CERVICAL CANCER SCREENING STUDY - WTOC-TV: Savannah, Beaufort, SC, News, Weather & Sports

CERVICAL CANCER SCREENING STUDY

 

CERVICAL CANCER SCREENING STUDY

There is a disturbing report out of the centers for disease control tonight.  It says the most common reason women say they do not get regular pap tests to screen for cervical cancer is because their doctors never recommend the test.

 

When you talk about public health efforts, it’s a great disappointment when you do have an effective screening strategy, and people don’t take advantage of it.  It’s even worse when it’s because doctors aren’t using the strategy.

But it’s an important lesson: everyone needs to be their own, best health advocate.

 

It’s not the way Una Hopkins wants to spend her Monday--getting a pelvic exam and a pap smear.  “No, it’s not, it’s not fun at all, but it’s not painful, it’s just something that you have to do,” says Una.

 

Yet, according to a study just released by the centers for disease control and prevention, pap smears aren’t getting done.  The reason: doctors aren’t doing them or referring their patients for them.

 

The researchers found that among women who had visited a doctor in the last year, but who had not had a recent pap test, more than 85 percent reported that their doctor had not recommended a pap test in the last year. 

 

But whose to blame?

 

Dr. Abbie Fields, an OB-GYN at Montefiore Medical Center, says, “The American College of Obstetricians and Gynecologists recommend that women go annually for a Pap Smear and a Pelvic exam, but it becomes confusing because the first line of defense is internist and family practitioners.  A lot of internists do not do Pap smears.”

 

As a result, this year, about 3,700 women will die of the disease. Many of these deaths could be prevented if women received pap tests regularly.  “I think that whoever, whichever physician or practitioner that a women presents to should be the first line and ask so have you had your mammogram this year, have you had your Pap smear this year,” says Dr. Fields.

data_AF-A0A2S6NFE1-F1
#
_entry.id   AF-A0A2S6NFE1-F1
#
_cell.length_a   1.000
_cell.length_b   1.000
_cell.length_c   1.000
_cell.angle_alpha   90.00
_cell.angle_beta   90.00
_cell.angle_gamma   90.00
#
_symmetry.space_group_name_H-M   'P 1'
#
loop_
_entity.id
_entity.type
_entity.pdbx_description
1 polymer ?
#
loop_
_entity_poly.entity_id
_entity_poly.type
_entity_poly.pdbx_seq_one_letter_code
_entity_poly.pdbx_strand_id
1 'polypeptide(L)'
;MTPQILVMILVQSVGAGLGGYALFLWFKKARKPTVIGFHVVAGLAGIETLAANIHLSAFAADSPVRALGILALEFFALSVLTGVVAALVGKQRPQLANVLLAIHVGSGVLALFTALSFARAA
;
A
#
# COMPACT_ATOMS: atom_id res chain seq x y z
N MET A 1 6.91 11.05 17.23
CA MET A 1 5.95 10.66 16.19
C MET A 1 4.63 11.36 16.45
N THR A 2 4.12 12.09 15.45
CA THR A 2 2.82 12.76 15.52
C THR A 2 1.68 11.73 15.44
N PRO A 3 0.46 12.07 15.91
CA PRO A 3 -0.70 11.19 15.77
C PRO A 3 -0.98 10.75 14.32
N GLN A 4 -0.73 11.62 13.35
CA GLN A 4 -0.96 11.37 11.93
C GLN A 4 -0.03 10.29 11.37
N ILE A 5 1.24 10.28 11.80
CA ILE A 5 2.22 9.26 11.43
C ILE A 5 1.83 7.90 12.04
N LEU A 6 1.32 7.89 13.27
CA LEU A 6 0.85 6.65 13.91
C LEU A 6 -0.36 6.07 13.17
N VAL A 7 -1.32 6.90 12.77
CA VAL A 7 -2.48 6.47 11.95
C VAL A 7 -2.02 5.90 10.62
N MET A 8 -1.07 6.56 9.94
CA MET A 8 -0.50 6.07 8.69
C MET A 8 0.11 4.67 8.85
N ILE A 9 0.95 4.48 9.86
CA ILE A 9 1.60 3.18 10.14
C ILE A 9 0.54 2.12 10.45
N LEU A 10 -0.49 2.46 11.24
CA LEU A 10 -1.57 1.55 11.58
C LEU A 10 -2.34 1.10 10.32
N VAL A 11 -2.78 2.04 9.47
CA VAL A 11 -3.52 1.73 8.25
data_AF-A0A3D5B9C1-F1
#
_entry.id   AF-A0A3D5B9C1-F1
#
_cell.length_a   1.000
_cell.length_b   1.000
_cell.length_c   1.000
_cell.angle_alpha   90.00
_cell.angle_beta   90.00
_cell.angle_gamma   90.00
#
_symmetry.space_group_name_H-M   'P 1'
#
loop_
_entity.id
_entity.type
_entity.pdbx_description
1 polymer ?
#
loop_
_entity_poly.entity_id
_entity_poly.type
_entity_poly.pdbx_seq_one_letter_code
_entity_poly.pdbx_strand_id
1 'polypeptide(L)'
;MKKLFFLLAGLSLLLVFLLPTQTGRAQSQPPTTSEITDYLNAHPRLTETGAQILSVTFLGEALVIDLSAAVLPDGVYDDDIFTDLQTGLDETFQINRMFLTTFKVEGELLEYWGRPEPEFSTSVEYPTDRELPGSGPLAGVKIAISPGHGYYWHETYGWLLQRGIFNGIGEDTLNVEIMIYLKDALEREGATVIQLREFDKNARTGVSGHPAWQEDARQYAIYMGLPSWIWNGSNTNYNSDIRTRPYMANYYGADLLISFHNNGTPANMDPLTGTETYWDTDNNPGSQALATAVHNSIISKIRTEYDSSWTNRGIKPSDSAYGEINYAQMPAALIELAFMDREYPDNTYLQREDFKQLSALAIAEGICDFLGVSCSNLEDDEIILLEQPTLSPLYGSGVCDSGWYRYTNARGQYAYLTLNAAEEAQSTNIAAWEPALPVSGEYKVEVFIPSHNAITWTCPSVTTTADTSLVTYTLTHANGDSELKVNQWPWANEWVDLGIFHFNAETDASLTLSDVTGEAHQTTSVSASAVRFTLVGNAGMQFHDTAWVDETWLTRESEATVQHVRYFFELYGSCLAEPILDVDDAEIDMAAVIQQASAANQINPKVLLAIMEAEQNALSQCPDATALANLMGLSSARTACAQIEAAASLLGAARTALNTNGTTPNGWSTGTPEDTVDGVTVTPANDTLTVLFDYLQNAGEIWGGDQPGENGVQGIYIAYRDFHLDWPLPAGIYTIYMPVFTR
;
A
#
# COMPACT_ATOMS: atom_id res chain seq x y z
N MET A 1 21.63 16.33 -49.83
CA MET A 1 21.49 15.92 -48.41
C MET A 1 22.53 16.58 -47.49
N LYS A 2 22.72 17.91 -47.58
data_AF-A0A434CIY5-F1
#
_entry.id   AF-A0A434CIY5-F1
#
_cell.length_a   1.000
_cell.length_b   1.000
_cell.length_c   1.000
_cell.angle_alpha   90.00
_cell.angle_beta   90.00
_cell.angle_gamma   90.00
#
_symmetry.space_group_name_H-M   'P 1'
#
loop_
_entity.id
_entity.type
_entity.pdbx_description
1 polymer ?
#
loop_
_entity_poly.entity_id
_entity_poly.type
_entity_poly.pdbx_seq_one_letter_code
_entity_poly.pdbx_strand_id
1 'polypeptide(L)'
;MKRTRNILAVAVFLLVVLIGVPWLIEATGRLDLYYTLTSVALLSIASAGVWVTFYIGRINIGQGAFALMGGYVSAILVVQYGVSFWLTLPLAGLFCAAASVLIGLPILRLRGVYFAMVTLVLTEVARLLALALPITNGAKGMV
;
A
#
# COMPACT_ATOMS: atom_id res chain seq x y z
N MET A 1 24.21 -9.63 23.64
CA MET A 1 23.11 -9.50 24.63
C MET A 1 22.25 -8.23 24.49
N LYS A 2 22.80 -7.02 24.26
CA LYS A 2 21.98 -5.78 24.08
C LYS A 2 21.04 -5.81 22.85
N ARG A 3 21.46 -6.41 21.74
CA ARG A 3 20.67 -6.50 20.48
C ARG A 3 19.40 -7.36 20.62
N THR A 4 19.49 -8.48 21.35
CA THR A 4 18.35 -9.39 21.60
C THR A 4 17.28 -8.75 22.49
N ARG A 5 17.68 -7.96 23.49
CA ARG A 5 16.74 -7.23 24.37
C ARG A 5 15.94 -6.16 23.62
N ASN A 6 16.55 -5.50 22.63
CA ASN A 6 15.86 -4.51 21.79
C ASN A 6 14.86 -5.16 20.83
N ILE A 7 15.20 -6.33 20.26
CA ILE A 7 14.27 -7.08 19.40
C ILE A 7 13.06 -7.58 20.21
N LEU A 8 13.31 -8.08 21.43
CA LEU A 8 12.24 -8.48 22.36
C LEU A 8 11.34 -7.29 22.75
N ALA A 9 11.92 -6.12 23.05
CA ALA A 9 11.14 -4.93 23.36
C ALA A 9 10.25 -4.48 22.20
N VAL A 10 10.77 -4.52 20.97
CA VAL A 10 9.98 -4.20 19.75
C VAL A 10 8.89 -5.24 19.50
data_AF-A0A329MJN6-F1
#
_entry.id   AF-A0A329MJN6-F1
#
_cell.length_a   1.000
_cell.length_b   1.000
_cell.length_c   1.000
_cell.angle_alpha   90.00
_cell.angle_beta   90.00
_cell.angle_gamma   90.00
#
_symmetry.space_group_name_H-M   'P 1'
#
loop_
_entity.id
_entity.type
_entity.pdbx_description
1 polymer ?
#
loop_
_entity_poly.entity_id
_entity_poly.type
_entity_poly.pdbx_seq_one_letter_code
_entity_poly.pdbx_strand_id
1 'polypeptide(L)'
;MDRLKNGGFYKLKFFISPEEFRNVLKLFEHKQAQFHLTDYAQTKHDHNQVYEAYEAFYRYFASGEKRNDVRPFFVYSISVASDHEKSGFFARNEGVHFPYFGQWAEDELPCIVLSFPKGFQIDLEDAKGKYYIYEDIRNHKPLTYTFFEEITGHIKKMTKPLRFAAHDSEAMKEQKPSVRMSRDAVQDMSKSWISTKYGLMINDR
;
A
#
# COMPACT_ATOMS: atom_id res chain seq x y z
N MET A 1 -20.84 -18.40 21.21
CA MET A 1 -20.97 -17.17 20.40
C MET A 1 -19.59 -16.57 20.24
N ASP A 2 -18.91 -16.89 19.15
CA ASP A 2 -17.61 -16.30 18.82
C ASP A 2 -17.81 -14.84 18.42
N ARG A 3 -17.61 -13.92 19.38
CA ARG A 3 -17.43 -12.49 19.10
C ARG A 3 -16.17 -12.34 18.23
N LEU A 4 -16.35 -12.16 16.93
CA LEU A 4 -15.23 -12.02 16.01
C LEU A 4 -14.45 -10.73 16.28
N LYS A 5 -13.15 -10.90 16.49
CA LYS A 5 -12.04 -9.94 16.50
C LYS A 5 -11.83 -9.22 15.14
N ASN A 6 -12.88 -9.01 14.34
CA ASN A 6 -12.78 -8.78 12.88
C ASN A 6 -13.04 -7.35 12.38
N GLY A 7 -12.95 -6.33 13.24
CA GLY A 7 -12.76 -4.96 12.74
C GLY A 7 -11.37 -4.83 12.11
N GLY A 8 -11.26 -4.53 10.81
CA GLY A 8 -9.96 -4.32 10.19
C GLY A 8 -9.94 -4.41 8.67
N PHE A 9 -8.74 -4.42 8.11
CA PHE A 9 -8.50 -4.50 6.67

Unfortunately, the problem is especially significant in the poor and minority populations, not necessarily due to lack of doctor follow-up.  “The majority of it is ethnic and social responsibility within the minority group.  They need to understand and overcome the fear that they have that going to a doctor will mean going to a hospital which will mean that they will die in a hospital,” states Dr. Fields.

 

Una says, fear is no reason not to get the pap and pelvic done.

“It does create some anxiety I certainly know that the early you find something wrong, the easier it is to treat and the more likely you have a chance for cure. You find something late because you didn’t go, you’re kickin’ yourself.”

 

All women should begin cervical cancer screening within three years of having vaginal intercourse, but no later than when they are 21 years old. 

 

And screening should be done at least every two years depending on the type of test used.

 

After age 30, a woman can get screened every two to three years if they have had normal pap smears before that.

 

And the bottom line is, a woman needs an annual pelvic exam, to look for other GYN cancers and abnormalities.  The pap, which only screens for cervical cancer, can be one to three years depending upon the woman and type of test used.  But you should go to the gynecologist every year. 

 

For more information on this study, on cervical cancer screening, and on how to get low cost or free screenings, go to:

 

http://www.cdc.gov/cancer/nbccedp/

 

http://www.cancer.org/docroot/CRI/CRI_2x.asp?sitearea=CRI&dt=33

 

http://www.acog.org/from_home/publications/press_releases/nr07-31-03-1.cfm

 

 

 

 

 

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